As the Trayvon Martin controversy gains steam, an elderly couple unconnected to the case have become unwitting victims of the public backlash. A retired Sanford, Florida couple was forced to vacate their home and move into a hotel after their home address was mistakenly associated with George Zimmerman, the man who shot Martin.
A California man reportedly tweeted the Sanford, Florida couples' address, incorrectly asserting that it was, in fact, the address of Zimmerman, the shooter. Director Spike Lee retweeted the info, invoking the wrath of his quarter-million twitter followers.
Ever since that fateful retweet, the couple, aged 72 and 70, have received a deluge of hate mail, death threats and unwanted media attention. The geriatric couple's son, Chip Humble, told the Orlando Sentinel, that his parents' neighbors had begun to question them about the heightened scrutiny.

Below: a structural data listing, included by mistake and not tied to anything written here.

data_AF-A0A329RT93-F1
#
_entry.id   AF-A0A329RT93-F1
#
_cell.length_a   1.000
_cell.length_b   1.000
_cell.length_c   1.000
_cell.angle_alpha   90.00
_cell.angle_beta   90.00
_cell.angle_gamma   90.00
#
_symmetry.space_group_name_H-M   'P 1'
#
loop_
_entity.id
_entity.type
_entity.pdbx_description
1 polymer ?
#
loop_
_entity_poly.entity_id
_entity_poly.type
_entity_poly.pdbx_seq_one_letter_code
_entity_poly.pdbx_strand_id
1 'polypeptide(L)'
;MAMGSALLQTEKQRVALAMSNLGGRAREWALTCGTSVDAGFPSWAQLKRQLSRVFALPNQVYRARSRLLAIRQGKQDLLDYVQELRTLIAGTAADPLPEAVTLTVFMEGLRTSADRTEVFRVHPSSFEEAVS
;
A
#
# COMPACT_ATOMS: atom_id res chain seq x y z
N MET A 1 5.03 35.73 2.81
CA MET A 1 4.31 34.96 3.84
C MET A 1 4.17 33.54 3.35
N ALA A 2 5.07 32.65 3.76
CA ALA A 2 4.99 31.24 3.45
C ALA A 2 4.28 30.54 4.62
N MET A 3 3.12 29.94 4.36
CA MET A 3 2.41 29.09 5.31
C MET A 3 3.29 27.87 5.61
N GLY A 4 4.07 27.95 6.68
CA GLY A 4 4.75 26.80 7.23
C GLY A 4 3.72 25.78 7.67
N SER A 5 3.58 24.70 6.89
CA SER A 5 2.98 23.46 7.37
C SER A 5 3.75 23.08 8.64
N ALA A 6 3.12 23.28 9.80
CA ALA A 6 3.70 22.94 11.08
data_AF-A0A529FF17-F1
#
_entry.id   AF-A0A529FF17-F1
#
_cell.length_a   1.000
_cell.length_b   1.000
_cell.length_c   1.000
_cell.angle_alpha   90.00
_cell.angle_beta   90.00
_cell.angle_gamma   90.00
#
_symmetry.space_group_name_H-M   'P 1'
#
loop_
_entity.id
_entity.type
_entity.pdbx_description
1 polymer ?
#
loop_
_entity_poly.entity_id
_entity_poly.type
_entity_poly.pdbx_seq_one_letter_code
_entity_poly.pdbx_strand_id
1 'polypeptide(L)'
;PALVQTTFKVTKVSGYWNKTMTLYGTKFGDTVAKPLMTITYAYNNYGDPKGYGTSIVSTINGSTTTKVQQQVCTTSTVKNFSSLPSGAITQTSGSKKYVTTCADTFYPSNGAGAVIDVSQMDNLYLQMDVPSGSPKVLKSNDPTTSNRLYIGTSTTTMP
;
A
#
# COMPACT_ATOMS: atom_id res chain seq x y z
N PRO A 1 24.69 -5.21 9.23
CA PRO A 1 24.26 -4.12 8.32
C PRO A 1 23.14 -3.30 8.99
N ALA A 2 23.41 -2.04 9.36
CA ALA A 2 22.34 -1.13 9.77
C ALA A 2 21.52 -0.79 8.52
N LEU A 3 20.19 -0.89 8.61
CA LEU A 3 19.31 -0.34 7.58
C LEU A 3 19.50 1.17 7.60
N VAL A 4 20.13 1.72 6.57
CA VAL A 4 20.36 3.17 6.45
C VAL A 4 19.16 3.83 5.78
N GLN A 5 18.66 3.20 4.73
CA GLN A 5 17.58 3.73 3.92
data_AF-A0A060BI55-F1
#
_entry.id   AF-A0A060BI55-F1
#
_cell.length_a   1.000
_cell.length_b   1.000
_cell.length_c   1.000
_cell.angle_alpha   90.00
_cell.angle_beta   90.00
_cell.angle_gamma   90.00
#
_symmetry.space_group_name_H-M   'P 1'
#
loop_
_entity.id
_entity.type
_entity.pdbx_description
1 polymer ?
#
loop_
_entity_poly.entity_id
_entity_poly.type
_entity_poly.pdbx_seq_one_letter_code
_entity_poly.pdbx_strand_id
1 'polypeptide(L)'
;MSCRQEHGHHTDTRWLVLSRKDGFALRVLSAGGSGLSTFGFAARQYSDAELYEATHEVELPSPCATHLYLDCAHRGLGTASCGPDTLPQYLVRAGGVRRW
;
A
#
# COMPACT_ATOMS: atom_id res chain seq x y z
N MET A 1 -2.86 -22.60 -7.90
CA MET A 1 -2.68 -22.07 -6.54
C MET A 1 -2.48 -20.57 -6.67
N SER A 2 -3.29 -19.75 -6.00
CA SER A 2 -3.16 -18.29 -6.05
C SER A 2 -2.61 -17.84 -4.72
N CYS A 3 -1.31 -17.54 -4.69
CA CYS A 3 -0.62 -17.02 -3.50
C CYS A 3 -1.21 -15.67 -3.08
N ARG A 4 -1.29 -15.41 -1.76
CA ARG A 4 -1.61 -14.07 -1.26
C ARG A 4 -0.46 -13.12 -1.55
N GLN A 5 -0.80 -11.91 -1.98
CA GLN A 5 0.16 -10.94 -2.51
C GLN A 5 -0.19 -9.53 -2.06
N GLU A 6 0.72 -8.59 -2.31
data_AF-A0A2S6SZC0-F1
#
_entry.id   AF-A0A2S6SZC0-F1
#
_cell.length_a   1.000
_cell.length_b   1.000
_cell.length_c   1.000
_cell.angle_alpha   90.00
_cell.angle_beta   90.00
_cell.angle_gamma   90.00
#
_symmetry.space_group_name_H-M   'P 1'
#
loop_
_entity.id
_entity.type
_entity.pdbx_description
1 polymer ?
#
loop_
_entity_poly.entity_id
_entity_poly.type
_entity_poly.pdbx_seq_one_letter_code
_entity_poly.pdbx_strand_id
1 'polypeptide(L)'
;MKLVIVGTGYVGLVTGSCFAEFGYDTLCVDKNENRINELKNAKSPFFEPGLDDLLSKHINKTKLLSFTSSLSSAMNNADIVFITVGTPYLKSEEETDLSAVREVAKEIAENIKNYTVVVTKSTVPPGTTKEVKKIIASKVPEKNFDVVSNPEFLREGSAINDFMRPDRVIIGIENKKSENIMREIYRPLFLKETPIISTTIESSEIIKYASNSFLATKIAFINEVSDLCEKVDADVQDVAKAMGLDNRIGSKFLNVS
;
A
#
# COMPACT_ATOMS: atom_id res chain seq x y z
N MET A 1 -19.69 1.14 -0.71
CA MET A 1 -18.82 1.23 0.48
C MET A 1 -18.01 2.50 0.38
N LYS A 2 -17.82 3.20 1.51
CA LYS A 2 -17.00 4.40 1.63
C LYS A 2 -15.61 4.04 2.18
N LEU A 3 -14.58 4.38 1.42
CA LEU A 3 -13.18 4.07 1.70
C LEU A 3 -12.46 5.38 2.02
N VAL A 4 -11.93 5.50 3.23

Both the elderly couple and their children tried to mitigate the damage by contacting the California tweeter, but the only response they got was, "Black power all day. No justice, no peace," followed by an obscenity.
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The old woman's son from a previous marriage told the media, "This is really scary, and I'm concerned for my family. It's scary because there are people who aren't mentally right and will take this information and run with it. To endanger people who are innocent because people are angry is not the answer. That's not how we're going to heal. It's not [going] to help the Martin family for someone else to be hurt."
For more information on the Trayvon Martin shooting check out our gallery of Trayvon Martin protest images.